Ways to Discuss Your Mental Health with an Employer
If you’re struggling with your mental health, know that you’re not alone. According to the World Health Organization, three out of every four people in the United States are living with a mental illness of some sort. Despite the prevalence of mental health issues, it can still be hard to discuss your mental health with your employer.
Understandably, people don’t want to disclose their conditions for fear of receiving a negative response from their employer. Those fears aren’t unfounded. One survey, which interviewed 500 hiring decision makers, revealed that 83% were reluctant to hire a candidate with a severe mental illness because they worried that person wouldn’t be able to handle the demands of the job. Furthermore, 68% of survey respondents said they were concerned that the same type of candidates wouldn’t mesh with the rest of the team.
Even so, you’re still considering discussing your mental health with your employer. As you weigh your options, you should investigate the strategies you can use to help you feel as prepared and comfortable as possible if you do decide to approach your employer. It’s also important to understand the federal laws and policies that are in place to help protect your rights as a worker.
Should You Talk About Your Mental Illness with Your Employer?
The idea of discussing your mental health with your employer is likely intimidating. However, being upfront about your mental health helps to create an honest and open environment around you. Remember that your employer wants you to perform your job to the best of your ability, so having a conversation about what you need to be successful at work will benefit both you and your boss. Prioritizing your mental health could mean better work performance and fewer absences.
Additionally, disclosing your mental illness could provide you with a sense of relief. Rather than dealing with your mental health issues on your own and possibly trying to hide them, you can get help and make a plan with your employer so that you have the provisions in place to take care of your mental health. Strong time management is key to success in any job, but you can’t manage your time if you don’t have the proper resources like the time necessary to complete your job duties or the tools to get organized. When you live with a mental illness, communicating these needs to your employer can be difficult.
While the law doesn’t require you to disclose your mental health to your employer (unless there’s a work-related reason for needing to do so), sitting down and having a conversation may be necessary if the challenges you’re facing could affect your ability to do your job, you attitude at work, or your relationships with coworkers. The right decision about whether or not you should talk about your mental health with your employer depends on your particular situation, and if you’re still on the fence, you should consider consulting a psychologist.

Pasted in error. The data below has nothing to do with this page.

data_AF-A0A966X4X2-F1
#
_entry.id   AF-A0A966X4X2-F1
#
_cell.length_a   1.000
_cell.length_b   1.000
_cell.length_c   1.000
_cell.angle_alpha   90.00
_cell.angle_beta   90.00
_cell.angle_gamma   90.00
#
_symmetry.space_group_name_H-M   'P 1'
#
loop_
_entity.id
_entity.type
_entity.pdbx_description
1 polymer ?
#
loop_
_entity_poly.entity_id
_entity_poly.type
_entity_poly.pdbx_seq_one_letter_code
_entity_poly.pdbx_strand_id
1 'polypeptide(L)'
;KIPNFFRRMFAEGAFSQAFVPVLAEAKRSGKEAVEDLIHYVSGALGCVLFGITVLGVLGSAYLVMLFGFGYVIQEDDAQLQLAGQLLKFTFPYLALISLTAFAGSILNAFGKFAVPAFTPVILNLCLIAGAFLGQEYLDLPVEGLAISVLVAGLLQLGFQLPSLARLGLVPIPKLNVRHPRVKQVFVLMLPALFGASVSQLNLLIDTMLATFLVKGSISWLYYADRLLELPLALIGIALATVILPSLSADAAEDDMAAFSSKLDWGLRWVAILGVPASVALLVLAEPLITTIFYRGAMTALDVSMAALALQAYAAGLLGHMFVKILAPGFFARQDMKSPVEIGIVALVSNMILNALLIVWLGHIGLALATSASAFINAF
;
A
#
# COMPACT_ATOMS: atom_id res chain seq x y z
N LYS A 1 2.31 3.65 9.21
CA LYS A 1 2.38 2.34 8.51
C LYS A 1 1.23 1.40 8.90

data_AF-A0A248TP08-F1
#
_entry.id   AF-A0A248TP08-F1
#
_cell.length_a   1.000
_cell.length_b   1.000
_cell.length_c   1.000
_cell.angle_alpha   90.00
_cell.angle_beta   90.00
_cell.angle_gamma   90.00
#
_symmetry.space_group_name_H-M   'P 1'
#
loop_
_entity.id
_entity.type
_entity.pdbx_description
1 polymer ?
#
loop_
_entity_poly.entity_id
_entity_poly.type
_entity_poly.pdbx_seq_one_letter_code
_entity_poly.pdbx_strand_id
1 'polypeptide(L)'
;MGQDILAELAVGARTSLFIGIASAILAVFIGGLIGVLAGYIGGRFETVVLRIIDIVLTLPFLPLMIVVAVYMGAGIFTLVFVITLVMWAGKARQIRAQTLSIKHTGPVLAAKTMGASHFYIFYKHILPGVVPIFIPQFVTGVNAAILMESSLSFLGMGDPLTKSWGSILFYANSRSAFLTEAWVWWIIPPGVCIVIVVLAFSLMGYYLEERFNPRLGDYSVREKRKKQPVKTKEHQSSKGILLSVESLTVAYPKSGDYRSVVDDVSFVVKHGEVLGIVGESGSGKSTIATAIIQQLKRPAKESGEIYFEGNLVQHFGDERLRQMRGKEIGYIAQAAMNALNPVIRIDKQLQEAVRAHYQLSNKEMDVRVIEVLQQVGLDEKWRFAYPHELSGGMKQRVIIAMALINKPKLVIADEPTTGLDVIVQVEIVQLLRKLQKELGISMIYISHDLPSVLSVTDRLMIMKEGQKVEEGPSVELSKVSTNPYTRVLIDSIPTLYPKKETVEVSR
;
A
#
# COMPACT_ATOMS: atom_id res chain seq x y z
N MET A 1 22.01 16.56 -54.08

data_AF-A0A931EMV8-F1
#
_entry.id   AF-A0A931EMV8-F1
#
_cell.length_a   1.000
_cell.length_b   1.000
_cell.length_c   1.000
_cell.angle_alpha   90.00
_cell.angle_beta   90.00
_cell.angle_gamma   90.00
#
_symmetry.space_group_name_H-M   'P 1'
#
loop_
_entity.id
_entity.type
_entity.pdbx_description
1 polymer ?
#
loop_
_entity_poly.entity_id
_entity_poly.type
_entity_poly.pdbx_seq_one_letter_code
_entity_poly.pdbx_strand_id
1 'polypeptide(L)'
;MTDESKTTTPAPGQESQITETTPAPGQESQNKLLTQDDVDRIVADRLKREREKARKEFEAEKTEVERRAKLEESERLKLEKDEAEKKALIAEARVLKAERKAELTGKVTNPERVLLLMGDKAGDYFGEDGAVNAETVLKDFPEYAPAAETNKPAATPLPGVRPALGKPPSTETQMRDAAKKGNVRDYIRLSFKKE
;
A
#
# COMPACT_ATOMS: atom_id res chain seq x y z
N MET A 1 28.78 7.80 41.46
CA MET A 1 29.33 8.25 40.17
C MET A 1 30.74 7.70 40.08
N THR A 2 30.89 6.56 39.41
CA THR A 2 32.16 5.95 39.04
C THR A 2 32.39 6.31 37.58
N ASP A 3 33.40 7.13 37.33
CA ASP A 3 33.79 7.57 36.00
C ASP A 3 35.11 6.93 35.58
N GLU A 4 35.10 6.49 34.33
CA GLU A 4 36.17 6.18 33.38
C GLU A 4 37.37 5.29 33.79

Tips to Discuss Your Mental Health With an Employer
If you do decide to talk to your employer about your mental health, there are a few tips you should follow to ensure a productive conversation. First, it’s a good idea to wait until after you’re hired to disclose your mental health history. The interview process is not the best time to discuss your needs since you wouldn’t want what you say to influence your employer to choose another candidate.
Once you’re hired and have established yourself as a valuable team member, you can look for an opportunity to talk to your employer about any modifications you may need to your work schedule or environment. Spend time thinking about what you need, and don’t overlook self-care. Rather than waiting until you’re feeling overwhelmed and your work is suffering, you should be proactive and set up a meeting with your boss. If your company has an HR department, it’s wise to include them in the conversation as well.
In the meeting with your employer and HR, be sure to take notes so you have a record of mutually agreed upon expectations, changes to your schedule, and adjustments to deadlines. You might even want to prepare a few notes in advance so that you can adequately communicate your needs. If your situation requires more than a day off here and there, be sure to tell your employer that. For example, you might want to discuss remote work flexibility. Unless you’re honest about what you’re going through and what you need, they won’t be able to fully help you.
What You Need to Know About Protecting Yourself
Many people are reluctant to discuss their mental health with their employer because they’re worried about possibly losing their job. If that’s what’s holding you back from having a conversation with your boss, then the Americans with Disabilities Act (ADA) should provide some comfort. Companies with 15 or more employees are required to provide reasonable accommodations.
Even if your mental illness isn’t presently affecting your work performance, it’s still in your best interest to talk to your employer since having the appropriate documents on file with HR such as Family Medical Leave (FMLA) paperwork could be important if you need to take a leave of absence from work down the road. Know your rights and advocate for yourself.
It can be difficult to discuss your mental health with your employer, but it’s an important step for getting the help you need and creating an environment where you can succeed. Having a plan in place for how you will approach your employer will give you the confidence necessary to open up to them about your mental health.
Guest post by Luke Smith
Tags: behavioral health, Creating a Healthy Lifestyle in Recovery, discuss your mental health, health services, kids mental health, lake county, mental health, mental health awareness, mental health employer, mental health treatment, youth mental health